In prior posts I introduced the Context Diagram and the Event List. In this and the upcoming series of posts, I will define some techniques you can use to discover events and complete the Event List and Context Diagram.
The very first place to start defining events is the Context Diagram. Every input arrow on the diagram represents an event to which your “business” must respond. Recall that our definition of your “business” is the boundary of the business area under study. Inside of the business bubble in the Context Diagram, you have control over the business processes and data flows. Outside the boundary, you can negotiate the interfaces with the Suppliers and Customers but have little or no control over their business processes.
Let’s examine an example of how the Context Diagram can provide events. For this example, let us say the Supplier is an Employee and the input arrow is “Travel Expense Details”.
Our first column on the Event List is “When this happens”. In this example, you would state “Travel Expense Report Submitted”.
The second and third columns are “This Source” and “Gives us This”. In this example, the Source is “Employee”, and “Gives us This” is “Travel Expense Details”.
The fourth column is “Then we do this”. These are the labels of the business processes your “business” will execute upon receipt of the “Travel Expense Details”. You might have a list of processes that looks like this:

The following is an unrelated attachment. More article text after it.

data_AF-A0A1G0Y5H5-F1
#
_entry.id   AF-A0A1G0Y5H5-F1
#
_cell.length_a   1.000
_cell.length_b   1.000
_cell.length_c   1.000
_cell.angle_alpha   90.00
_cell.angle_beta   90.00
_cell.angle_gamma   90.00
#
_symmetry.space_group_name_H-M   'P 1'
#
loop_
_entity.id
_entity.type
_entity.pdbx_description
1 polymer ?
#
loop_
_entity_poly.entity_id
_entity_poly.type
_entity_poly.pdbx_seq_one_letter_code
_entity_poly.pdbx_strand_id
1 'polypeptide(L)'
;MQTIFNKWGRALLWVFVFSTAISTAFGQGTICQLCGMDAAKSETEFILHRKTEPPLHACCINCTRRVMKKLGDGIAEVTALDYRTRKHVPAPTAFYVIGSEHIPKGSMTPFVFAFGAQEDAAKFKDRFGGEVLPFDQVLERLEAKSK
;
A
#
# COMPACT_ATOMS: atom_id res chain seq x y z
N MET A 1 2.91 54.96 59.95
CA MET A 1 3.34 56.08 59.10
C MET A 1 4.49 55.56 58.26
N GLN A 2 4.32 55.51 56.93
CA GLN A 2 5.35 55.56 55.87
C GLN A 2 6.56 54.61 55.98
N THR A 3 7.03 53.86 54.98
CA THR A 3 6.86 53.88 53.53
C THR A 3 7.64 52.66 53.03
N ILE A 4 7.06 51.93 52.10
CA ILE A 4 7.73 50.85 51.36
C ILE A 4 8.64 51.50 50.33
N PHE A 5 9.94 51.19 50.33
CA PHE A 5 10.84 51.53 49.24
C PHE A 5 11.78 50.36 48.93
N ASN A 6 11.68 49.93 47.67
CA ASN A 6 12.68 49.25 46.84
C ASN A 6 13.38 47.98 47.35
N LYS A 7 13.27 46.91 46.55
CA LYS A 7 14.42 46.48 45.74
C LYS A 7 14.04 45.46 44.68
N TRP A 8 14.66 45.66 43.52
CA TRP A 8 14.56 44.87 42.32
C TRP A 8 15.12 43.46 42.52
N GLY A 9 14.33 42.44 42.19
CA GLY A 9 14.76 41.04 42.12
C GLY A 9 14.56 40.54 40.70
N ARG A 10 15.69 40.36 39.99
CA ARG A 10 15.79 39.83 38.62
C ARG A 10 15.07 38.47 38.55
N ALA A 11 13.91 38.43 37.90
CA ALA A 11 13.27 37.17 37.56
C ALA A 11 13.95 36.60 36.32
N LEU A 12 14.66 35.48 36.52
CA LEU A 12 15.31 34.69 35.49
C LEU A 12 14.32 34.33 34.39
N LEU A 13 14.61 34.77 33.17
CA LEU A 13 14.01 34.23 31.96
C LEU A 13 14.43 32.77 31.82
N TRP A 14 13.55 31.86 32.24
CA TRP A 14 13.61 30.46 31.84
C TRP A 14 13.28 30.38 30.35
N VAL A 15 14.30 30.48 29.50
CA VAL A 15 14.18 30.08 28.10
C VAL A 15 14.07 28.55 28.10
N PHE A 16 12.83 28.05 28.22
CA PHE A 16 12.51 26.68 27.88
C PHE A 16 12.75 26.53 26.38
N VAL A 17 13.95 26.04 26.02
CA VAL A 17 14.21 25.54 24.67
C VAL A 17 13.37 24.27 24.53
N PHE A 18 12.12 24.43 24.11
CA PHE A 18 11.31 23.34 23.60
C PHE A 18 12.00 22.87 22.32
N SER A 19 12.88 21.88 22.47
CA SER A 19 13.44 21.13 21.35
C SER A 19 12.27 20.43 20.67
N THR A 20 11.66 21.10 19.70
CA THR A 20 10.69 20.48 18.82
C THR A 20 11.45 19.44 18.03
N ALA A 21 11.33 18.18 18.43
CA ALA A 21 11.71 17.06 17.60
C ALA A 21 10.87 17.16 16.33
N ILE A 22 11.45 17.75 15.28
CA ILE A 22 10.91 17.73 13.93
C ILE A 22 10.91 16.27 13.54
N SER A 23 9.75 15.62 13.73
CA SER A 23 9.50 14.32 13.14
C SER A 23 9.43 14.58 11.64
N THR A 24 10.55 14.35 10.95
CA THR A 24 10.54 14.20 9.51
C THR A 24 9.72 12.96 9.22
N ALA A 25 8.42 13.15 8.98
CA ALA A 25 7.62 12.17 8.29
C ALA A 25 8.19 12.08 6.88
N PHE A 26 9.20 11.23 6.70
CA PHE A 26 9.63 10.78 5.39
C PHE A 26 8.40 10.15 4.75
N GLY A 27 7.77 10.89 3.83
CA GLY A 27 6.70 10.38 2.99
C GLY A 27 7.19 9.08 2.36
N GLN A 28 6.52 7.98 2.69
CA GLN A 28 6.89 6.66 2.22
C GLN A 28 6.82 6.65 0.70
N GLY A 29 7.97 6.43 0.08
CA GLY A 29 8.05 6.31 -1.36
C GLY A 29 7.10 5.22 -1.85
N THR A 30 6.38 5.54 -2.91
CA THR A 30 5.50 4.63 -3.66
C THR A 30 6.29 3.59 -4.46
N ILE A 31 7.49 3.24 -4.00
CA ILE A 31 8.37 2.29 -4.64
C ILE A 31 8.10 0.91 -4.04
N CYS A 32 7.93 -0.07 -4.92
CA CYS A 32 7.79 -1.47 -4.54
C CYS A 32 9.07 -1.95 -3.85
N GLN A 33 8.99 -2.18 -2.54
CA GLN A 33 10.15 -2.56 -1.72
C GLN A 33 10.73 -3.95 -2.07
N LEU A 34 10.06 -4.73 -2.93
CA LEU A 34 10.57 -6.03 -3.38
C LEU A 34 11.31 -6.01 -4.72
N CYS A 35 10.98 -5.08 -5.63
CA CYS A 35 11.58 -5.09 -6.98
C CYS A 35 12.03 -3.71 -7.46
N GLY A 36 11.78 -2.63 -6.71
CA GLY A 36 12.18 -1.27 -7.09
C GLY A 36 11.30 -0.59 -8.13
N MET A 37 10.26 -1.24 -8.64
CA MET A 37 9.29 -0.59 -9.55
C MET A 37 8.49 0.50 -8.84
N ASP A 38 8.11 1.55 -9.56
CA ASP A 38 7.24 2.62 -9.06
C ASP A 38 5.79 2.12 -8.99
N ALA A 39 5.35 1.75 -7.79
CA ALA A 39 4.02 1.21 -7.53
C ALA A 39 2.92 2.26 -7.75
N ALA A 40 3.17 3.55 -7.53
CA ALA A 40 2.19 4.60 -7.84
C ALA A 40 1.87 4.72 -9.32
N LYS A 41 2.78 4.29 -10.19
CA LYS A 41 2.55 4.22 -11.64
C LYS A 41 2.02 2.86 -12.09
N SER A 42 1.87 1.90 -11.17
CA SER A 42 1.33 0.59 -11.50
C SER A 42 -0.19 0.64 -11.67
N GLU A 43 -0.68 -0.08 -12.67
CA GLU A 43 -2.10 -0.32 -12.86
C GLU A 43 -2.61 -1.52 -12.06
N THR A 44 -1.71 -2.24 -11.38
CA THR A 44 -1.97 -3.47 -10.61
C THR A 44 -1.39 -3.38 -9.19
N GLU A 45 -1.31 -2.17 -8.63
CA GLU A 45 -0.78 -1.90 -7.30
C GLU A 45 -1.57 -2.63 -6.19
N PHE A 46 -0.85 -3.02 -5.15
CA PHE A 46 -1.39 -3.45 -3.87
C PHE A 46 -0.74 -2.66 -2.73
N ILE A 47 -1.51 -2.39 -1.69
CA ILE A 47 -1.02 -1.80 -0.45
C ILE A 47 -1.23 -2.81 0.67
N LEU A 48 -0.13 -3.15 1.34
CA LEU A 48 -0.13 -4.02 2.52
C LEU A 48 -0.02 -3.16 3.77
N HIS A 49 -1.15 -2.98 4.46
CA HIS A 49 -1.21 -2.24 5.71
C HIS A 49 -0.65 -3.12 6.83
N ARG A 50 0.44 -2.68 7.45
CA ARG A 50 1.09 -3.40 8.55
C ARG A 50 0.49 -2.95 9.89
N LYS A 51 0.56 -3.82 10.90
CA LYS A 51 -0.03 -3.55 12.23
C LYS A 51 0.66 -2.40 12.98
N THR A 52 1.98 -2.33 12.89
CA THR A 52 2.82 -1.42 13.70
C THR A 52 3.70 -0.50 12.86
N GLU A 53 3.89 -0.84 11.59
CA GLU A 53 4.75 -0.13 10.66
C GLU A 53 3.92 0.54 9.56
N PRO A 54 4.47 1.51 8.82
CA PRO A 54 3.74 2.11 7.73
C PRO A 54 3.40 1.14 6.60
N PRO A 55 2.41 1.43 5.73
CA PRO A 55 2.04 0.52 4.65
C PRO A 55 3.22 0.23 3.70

- Verify expenses comply with business policy
- Approve/Reject Expenses
The fifth column is “Which creates this”. These are the outputs of each business process. The outputs of the first process listed above might be “Valid Expenses” and “Invalid Expenses”. The outputs of the second process listed above might be “Approved Expenses” and “Rejected Expenses”.
The sixth column is “… and we give it to …”. These are the recipients of the outputs listed in the fifth column. In this case the recipient of the Valid and Invalid Expenses could be “Employee’s Manager”. The recipient of “Rejected Expenses” would be the Employee while the recipient of “Approved Expenses” could be the Travel Expense Data Repository.
Be sure to keep implementation details out of this analysis. You don’t want solutions to be constrained by using specifics such as “email:, “reports”, “database”, etc.
In the next post, I will continue the discussion of Event Discovery and show how, once you have a few events listed, you can use these events to discover more events and get the complete scope of the project.
Note: My Kindle book “Project Management For The Real World”, is available at